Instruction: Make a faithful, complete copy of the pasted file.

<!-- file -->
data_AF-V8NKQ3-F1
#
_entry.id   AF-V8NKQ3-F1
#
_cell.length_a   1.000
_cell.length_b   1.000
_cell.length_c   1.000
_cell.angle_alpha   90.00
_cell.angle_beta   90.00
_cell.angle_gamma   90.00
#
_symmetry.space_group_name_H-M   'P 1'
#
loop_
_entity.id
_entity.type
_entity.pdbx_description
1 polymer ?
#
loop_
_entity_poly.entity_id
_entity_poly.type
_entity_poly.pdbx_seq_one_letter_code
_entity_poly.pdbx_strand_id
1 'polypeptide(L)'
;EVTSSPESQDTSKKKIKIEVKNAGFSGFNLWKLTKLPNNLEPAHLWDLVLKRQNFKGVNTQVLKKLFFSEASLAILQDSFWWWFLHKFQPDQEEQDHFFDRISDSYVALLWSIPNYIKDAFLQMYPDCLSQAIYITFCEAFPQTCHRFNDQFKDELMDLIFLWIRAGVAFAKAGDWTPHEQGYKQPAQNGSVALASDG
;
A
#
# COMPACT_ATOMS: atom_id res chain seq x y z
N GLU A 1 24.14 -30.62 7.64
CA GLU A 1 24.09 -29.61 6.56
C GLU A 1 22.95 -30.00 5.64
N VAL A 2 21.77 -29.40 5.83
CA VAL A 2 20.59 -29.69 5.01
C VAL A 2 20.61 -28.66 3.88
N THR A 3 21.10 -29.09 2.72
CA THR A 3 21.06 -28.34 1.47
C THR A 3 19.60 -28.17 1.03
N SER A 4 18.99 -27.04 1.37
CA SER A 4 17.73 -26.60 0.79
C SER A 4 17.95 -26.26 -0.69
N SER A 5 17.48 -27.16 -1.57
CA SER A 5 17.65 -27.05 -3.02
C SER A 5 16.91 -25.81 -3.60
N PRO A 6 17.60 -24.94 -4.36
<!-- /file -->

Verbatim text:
data_AF-V8NKQ3-F1
#
_entry.id   AF-V8NKQ3-F1
#
_cell.length_a   1.000
_cell.length_b   1.000
_cell.length_c   1.000
_cell.angle_alpha   90.00
_cell.angle_beta   90.00
_cell.angle_gamma   90.00
#
_symmetry.space_group_name_H-M   'P 1'
#
loop_
_entity.id
_entity.type
_entity.pdbx_description
1 polymer ?
#
loop_
_entity_poly.entity_id
_entity_poly.type
_entity_poly.pdbx_seq_one_letter_code
_entity_poly.pdbx_strand_id
1 'polypeptide(L)'
;EVTSSPESQDTSKKKIKIEVKNAGFSGFNLWKLTKLPNNLEPAHLWDLVLKRQNFKGVNTQVLKKLFFSEASLAILQDSFWWWFLHKFQPDQEEQDHFFDRISDSYVALLWSIPNYIKDAFLQMYPDCLSQAIYITFCEAFPQTCHRFNDQFKDELMDLIFLWIRAGVAFAKAGDWTPHEQGYKQPAQNGSVALASDG
;
A
#
# COMPACT_ATOMS: atom_id res chain seq x y z
N GLU A 1 24.14 -30.62 7.64
CA GLU A 1 24.09 -29.61 6.56
C GLU A 1 22.95 -30.00 5.64
N VAL A 2 21.77 -29.40 5.83
CA VAL A 2 20.59 -29.69 5.01
C VAL A 2 20.61 -28.66 3.88
N THR A 3 21.10 -29.09 2.72
CA THR A 3 21.06 -28.34 1.47
C THR A 3 19.60 -28.17 1.03
N SER A 4 18.99 -27.04 1.37
CA SER A 4 17.73 -26.60 0.79
C SER A 4 17.95 -26.26 -0.69
N SER A 5 17.48 -27.16 -1.57
CA SER A 5 17.65 -27.05 -3.02
C SER A 5 16.91 -25.81 -3.60
N PRO A 6 17.60 -24.94 -4.36